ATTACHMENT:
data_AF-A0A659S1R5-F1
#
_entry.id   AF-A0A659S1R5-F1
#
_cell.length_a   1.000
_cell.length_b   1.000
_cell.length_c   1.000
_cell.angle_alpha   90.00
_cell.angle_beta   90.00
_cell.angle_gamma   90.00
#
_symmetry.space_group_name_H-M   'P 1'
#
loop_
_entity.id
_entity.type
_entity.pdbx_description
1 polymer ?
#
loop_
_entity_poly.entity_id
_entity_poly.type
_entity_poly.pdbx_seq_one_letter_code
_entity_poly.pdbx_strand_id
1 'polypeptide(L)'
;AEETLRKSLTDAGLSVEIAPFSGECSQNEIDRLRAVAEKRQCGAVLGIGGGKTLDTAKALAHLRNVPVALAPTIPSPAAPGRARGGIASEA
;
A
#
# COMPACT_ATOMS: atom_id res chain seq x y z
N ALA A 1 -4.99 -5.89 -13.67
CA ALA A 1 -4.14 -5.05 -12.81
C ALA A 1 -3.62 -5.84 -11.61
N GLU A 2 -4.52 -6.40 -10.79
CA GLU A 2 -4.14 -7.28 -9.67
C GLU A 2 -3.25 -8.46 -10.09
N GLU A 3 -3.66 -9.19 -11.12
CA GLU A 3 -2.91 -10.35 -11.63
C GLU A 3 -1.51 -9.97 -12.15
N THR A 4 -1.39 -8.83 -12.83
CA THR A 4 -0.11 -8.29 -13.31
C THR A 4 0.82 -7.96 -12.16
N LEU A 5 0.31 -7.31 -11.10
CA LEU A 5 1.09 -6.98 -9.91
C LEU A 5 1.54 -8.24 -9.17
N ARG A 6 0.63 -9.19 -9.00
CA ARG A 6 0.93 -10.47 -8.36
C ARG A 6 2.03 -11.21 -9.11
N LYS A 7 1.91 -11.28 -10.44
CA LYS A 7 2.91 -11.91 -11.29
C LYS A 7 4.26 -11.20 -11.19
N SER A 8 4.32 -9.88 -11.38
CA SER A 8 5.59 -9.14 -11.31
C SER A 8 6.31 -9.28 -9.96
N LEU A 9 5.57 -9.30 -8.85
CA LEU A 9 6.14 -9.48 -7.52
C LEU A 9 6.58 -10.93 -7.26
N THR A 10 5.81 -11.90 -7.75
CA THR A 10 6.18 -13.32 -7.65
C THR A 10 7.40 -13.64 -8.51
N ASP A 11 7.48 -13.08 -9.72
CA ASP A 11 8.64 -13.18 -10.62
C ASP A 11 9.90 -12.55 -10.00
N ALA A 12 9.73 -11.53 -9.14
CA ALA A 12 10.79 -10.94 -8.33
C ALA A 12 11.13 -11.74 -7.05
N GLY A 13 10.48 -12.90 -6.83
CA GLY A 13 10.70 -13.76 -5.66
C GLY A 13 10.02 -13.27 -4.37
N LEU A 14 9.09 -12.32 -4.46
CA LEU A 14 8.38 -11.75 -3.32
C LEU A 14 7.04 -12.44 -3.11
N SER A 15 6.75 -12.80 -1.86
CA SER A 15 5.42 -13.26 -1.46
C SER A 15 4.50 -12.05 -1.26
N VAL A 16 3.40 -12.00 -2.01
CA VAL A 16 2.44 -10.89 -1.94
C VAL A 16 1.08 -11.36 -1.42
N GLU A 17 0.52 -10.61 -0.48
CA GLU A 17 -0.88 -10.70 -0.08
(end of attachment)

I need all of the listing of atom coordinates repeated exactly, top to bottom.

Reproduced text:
data_AF-A0A659S1R5-F1
#
_entry.id   AF-A0A659S1R5-F1
#
_cell.length_a   1.000
_cell.length_b   1.000
_cell.length_c   1.000
_cell.angle_alpha   90.00
_cell.angle_beta   90.00
_cell.angle_gamma   90.00
#
_symmetry.space_group_name_H-M   'P 1'
#
loop_
_entity.id
_entity.type
_entity.pdbx_description
1 polymer ?
#
loop_
_entity_poly.entity_id
_entity_poly.type
_entity_poly.pdbx_seq_one_letter_code
_entity_poly.pdbx_strand_id
1 'polypeptide(L)'
;AEETLRKSLTDAGLSVEIAPFSGECSQNEIDRLRAVAEKRQCGAVLGIGGGKTLDTAKALAHLRNVPVALAPTIPSPAAPGRARGGIASEA
;
A
#
# COMPACT_ATOMS: atom_id res chain seq x y z
N ALA A 1 -4.99 -5.89 -13.67
CA ALA A 1 -4.14 -5.05 -12.81
C ALA A 1 -3.62 -5.84 -11.61
N GLU A 2 -4.52 -6.40 -10.79
CA GLU A 2 -4.14 -7.28 -9.67
C GLU A 2 -3.25 -8.46 -10.09
N GLU A 3 -3.66 -9.19 -11.12
CA GLU A 3 -2.91 -10.35 -11.63
C GLU A 3 -1.51 -9.97 -12.15
N THR A 4 -1.39 -8.83 -12.83
CA THR A 4 -0.11 -8.29 -13.31
C THR A 4 0.82 -7.96 -12.16
N LEU A 5 0.31 -7.31 -11.10
CA LEU A 5 1.09 -6.98 -9.91
C LEU A 5 1.54 -8.24 -9.17
N ARG A 6 0.63 -9.19 -9.00
CA ARG A 6 0.93 -10.47 -8.36
C ARG A 6 2.03 -11.21 -9.11
N LYS A 7 1.91 -11.28 -10.44
CA LYS A 7 2.91 -11.91 -11.29
C LYS A 7 4.26 -11.20 -11.19
N SER A 8 4.32 -9.88 -11.38
CA SER A 8 5.59 -9.14 -11.31
C SER A 8 6.31 -9.28 -9.96
N LEU A 9 5.57 -9.30 -8.85
CA LEU A 9 6.14 -9.48 -7.52
C LEU A 9 6.58 -10.93 -7.26
N THR A 10 5.81 -11.90 -7.75
CA THR A 10 6.18 -13.32 -7.65
C THR A 10 7.40 -13.64 -8.51
N ASP A 11 7.48 -13.08 -9.72
CA ASP A 11 8.64 -13.18 -10.62
C ASP A 11 9.90 -12.55 -10.00
N ALA A 12 9.73 -11.53 -9.14
CA ALA A 12 10.79 -10.94 -8.33
C ALA A 12 11.13 -11.74 -7.05
N GLY A 13 10.48 -12.90 -6.83
CA GLY A 13 10.70 -13.76 -5.66
C GLY A 13 10.02 -13.27 -4.37
N LEU A 14 9.09 -12.32 -4.46
CA LEU A 14 8.38 -11.75 -3.32
C LEU A 14 7.04 -12.44 -3.11
N SER A 15 6.75 -12.80 -1.86
CA SER A 15 5.42 -13.26 -1.46
C SER A 15 4.50 -12.05 -1.26
N VAL A 16 3.40 -12.00 -2.01
CA VAL A 16 2.44 -10.89 -1.94
C VAL A 16 1.08 -11.36 -1.42
N GLU A 17 0.52 -10.61 -0.48
CA GLU A 17 -0.88 -10.70 -0.08